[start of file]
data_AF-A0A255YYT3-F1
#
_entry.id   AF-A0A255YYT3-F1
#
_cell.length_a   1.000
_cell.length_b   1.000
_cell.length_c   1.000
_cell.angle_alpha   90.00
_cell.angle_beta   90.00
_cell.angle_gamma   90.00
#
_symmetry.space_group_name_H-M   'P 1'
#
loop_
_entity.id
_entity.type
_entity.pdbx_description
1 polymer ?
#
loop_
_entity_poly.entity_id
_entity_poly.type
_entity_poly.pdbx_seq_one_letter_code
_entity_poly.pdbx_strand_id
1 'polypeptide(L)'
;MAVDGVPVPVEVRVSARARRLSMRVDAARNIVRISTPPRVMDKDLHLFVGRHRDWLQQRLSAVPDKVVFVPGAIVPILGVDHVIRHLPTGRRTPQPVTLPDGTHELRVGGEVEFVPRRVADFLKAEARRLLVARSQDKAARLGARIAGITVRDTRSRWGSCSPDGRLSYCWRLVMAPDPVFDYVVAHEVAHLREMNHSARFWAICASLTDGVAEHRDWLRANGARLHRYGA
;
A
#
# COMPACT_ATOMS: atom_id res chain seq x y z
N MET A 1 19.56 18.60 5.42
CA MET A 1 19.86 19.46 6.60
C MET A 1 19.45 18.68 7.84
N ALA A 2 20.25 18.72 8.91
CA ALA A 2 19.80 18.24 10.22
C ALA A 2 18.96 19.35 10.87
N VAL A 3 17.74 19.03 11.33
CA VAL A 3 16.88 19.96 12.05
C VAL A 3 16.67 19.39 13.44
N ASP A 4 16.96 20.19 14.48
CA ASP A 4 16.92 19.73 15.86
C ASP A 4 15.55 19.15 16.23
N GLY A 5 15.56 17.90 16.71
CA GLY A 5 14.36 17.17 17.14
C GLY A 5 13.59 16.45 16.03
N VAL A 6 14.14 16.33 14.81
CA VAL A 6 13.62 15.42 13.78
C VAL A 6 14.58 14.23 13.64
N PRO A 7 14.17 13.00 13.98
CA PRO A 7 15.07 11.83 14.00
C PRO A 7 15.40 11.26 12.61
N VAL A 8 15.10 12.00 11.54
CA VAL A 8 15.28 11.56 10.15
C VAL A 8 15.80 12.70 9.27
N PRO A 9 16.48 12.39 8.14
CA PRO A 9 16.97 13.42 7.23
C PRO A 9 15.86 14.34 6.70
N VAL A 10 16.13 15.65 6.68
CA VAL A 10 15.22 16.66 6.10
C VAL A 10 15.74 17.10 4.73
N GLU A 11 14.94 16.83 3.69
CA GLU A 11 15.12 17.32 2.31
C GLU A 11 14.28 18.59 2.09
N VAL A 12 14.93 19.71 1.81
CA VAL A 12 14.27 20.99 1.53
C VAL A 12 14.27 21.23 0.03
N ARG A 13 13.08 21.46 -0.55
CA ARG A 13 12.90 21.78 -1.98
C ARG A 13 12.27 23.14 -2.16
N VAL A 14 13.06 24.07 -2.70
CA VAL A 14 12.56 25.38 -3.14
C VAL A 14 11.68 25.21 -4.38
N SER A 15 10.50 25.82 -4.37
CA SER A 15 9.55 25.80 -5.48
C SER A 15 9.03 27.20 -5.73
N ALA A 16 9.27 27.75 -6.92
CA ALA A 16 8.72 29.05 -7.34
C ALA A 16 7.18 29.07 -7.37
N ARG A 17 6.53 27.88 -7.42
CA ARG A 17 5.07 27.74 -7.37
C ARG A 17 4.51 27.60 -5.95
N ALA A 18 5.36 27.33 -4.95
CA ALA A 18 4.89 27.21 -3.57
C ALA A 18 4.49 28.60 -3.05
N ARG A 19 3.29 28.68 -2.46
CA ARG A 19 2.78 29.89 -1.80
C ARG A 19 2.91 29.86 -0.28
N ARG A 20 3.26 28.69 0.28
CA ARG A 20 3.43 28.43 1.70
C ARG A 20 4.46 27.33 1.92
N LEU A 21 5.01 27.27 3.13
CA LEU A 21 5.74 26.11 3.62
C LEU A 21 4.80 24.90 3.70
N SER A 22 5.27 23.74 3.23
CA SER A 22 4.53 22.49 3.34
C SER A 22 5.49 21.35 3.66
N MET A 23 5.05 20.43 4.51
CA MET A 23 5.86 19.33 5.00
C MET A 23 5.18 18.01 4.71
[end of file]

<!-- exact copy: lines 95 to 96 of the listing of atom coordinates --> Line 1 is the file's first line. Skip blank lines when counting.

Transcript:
CA SER A 22 4.53 22.49 3.34
C SER A 22 5.49 21.35 3.66